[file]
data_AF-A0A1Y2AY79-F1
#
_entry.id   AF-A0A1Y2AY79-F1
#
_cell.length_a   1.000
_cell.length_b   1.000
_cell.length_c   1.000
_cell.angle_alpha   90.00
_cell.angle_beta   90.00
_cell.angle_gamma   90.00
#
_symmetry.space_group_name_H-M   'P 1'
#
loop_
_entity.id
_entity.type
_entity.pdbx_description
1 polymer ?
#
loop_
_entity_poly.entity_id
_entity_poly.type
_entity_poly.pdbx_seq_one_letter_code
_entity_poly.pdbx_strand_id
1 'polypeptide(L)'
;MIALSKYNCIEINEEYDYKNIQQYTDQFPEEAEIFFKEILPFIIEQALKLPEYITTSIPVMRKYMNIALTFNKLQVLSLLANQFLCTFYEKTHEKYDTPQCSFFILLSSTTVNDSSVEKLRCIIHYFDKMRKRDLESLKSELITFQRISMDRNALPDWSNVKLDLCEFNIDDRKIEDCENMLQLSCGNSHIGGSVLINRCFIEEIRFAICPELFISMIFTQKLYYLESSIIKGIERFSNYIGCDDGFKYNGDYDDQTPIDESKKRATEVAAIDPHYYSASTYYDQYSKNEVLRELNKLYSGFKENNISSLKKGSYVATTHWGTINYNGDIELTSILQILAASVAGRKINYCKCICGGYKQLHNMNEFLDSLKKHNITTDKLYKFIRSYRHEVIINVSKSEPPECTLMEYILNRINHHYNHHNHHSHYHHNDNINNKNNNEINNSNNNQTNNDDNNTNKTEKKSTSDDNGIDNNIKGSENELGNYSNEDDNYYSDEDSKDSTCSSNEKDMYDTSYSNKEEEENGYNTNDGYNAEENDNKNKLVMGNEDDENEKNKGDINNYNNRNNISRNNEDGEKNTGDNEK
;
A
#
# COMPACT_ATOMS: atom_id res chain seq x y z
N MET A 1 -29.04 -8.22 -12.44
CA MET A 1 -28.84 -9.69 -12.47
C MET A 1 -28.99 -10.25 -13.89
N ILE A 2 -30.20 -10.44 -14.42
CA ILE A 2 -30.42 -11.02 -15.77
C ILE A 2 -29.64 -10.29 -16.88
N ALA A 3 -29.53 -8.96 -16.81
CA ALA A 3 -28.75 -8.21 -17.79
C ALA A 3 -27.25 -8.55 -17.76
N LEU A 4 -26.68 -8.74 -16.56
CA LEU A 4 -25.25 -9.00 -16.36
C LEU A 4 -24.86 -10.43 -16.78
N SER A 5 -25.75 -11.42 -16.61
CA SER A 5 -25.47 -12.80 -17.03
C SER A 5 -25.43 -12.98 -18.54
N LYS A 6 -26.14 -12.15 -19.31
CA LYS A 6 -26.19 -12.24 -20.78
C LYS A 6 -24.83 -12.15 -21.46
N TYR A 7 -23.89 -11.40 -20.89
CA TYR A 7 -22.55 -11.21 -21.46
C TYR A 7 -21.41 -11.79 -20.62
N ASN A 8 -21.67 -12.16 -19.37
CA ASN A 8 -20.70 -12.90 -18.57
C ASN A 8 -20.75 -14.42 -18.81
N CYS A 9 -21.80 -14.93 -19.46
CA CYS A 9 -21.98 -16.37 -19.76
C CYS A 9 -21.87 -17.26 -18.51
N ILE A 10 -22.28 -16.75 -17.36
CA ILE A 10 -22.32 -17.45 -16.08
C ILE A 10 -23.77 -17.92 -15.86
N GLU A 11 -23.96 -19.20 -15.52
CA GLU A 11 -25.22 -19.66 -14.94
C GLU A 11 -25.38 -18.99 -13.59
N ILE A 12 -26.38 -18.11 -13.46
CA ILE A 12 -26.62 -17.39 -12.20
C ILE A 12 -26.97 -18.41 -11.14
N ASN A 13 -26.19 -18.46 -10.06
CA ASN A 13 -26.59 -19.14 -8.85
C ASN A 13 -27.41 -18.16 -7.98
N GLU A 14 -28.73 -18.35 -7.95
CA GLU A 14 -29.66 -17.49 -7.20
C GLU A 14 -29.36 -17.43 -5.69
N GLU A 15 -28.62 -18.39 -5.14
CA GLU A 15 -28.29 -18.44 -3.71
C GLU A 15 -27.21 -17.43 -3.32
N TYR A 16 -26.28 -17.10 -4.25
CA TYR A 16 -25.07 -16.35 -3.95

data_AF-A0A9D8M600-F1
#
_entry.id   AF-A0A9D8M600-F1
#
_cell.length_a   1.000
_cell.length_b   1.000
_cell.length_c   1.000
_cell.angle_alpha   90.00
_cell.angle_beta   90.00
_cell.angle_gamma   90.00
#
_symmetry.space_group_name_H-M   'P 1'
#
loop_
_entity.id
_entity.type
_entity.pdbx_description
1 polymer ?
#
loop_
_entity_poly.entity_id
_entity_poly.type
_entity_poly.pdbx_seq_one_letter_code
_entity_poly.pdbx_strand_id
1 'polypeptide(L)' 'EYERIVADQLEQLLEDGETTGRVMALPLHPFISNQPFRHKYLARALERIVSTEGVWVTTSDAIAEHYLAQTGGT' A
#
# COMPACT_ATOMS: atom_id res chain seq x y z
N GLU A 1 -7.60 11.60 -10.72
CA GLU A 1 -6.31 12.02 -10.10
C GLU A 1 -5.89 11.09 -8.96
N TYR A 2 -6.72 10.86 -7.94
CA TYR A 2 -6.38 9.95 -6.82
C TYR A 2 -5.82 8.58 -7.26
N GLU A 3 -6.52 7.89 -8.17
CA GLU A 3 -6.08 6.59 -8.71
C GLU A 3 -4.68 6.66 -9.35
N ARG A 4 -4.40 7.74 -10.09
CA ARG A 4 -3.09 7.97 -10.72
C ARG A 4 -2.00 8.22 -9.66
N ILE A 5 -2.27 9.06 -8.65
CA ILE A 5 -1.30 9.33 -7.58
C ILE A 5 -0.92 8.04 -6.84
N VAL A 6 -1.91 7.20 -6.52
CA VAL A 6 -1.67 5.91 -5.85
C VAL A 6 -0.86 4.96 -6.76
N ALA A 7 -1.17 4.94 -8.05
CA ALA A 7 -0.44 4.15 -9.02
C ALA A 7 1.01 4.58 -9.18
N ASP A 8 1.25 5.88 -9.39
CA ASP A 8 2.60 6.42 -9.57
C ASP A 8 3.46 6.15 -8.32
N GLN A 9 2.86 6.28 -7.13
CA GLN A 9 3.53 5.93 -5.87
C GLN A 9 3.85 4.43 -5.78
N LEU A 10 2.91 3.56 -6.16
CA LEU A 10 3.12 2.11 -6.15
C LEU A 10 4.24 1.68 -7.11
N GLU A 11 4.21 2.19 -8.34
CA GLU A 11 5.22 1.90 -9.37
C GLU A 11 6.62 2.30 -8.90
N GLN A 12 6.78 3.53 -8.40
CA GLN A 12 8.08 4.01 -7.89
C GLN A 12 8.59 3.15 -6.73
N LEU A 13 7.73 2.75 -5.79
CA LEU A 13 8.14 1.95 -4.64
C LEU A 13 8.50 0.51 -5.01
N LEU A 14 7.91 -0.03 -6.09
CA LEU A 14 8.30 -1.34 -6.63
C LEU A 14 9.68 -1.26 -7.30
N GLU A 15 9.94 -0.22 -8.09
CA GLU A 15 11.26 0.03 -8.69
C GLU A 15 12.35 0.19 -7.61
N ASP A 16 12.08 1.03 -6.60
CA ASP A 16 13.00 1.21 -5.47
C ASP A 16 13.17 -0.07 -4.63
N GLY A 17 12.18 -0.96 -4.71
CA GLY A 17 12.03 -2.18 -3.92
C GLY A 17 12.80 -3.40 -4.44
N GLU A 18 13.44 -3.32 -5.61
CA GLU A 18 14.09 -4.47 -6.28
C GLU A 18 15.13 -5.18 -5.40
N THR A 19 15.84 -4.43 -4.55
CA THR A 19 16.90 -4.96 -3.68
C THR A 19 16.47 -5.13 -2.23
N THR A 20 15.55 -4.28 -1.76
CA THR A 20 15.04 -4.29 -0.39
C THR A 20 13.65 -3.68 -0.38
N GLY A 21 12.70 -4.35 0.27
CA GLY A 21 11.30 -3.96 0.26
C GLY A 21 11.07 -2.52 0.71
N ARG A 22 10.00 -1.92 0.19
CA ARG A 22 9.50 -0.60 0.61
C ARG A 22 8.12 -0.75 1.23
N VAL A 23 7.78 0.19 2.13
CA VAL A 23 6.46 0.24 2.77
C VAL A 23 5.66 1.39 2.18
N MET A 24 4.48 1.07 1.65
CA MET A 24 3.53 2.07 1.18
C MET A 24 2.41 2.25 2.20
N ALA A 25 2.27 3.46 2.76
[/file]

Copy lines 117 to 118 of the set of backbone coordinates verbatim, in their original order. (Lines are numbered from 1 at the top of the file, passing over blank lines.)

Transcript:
N ILE A 5 -2.27 9.06 -8.65
CA ILE A 5 -1.30 9.33 -7.58